She was in the closet

Scott Patrick Cochran, 35, was residing with a woman who has been described as both his wife and his ex-wife.

On Sun. a woman called police asking them to check on the woman as she had not been heard from in several days and she suspected something was wrong. When police arrived at the apt Cochran told them he hadn't heard from the woman in several days. Police asked to look around the apt. and they located the female.

They found her in a closet, wrapped in blankets, deceased.

A neighbor was interviewed by one of the papers, and the neighbors indicated that   "He was pretty abusive in reference to language, telling her what he was going to do to her, in so many words. And we could hear it, everybody in the building could hear him on a constant basis."

The woman is not being named until relatives can be notified of her death. Cause of death will be determined by autopsy.

One MSM has announced that a woman named Kimberly Cochran is a female who was located through a reverse directory search of the address.

Cochran has been arrested and is facing a murder charge.

I haven't seen anything which indicates a criminal history of domestic violence in the relationship. But the possibility of the couple being divorced certainly indicates some past problems in the relationship. And when you couple that with the neighbors statement, that certainly raises the question that there was at least some problems of controlling and/or abusive behaviors.

Many times the victim doesn't report the problem. Sometimes it will come out in the divorce, but not always. And if the abuser seems sincerely sorry, seems sincerely devoted to changing their behavior (see honeymoon cycle of abuse) often the couple will reconcile.

While it is one thing for us to sit here and talk about the honeymoon cycle, it is quite another to live it. The loved one seems very sincere and very sorry. Very committed to change. Once they are sure of the relationship however, then often the previous behavior will resume. It is a vicious cycle.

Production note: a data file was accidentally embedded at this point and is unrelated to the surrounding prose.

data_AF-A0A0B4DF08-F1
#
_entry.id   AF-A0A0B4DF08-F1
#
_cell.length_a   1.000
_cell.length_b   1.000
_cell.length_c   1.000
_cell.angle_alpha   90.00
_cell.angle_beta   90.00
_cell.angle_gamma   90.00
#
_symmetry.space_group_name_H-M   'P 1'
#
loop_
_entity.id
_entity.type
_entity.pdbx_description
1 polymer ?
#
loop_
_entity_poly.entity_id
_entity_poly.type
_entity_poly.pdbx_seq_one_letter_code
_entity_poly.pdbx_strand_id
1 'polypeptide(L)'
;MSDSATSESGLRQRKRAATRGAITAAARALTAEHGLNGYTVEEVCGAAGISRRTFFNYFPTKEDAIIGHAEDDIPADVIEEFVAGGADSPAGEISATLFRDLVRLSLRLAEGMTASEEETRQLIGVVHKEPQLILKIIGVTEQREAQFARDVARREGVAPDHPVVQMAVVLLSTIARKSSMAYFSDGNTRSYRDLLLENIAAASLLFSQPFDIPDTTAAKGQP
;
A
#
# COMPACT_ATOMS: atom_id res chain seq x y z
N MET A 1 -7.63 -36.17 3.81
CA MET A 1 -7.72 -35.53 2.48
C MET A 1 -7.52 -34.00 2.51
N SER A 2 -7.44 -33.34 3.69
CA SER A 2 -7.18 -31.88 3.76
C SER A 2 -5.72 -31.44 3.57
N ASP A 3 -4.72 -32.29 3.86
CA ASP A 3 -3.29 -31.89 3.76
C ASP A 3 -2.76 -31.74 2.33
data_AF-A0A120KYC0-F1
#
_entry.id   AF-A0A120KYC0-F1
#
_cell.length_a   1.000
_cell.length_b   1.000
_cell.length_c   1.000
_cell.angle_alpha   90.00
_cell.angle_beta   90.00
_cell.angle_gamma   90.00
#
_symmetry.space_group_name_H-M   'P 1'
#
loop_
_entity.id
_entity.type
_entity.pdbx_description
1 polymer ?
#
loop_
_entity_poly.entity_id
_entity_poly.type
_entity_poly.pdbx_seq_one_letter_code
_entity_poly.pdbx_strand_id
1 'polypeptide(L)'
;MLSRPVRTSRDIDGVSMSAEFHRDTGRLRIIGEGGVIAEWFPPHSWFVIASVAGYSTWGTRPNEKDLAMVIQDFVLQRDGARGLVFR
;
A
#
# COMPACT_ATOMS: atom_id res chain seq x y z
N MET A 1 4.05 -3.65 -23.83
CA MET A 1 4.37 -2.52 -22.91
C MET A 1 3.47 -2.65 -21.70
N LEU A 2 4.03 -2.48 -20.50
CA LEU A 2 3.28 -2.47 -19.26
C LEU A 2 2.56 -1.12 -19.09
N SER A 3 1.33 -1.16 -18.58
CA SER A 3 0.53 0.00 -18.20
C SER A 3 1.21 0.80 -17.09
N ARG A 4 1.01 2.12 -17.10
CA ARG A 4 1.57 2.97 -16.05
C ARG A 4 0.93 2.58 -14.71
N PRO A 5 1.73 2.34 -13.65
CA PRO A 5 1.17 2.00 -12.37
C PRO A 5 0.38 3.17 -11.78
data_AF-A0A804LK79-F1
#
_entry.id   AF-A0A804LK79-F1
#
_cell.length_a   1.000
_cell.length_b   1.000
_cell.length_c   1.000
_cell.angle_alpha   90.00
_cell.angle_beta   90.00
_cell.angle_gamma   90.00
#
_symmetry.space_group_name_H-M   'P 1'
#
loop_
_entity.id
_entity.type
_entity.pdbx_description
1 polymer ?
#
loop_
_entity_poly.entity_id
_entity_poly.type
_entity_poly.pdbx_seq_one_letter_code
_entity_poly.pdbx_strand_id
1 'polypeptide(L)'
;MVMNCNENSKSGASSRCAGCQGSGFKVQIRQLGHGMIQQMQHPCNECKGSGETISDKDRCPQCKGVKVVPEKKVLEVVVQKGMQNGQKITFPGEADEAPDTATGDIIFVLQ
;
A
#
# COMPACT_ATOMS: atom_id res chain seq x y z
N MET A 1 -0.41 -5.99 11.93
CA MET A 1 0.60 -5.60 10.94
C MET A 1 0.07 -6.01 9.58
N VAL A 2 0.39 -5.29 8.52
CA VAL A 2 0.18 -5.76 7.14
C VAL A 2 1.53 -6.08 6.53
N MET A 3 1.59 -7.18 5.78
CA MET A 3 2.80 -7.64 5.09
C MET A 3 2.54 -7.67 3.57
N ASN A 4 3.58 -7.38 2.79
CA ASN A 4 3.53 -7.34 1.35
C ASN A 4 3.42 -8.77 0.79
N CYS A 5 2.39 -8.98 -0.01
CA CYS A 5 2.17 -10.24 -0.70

I can't help but wonder what this guy was thinking. His wife is in the closet, wrapped in blankets. Does life just go on as normal for him? Maybe a little more inconvenient as there is no one to cook for him. Did he think of her in the closet when he laid down to sleep? I wonder how long he planned to leave her there?



  1. Dave said,

    May 12, 2006 at 5:32 pm

    Having just heard the news of this incident yesterday, and being unfortunate enough to be blood related to the perpetrator of this heinous act (brother though happily estranged for 15+ years, hence the long delay in the news travelling to me). I felt compelled to bring to light a few things missing from your post, “I haven’t seen anything which indicates a criminal history of domestic violence in the relationship” though while technically accurate from your perspective… don’t kid yourself… he has a VERY long violent history, in fact in 2001 he served a 12 month term for striking his wife Kimberly and her then 15 year old son in the face (Clark County, NV Court records indicate this), drug/alcohol abuse, physical/mental abuse (previous marriages), assault, robbery, hell you name it and he’s been there, done that…. He and Kimberly were married in 1998, and have a 5 year old son between them (though the news stories quoted a daughter, not sure why), she also has two other children ages 15 and 18 who are currently in the custody of her ex-husband/boyfriend, not sure.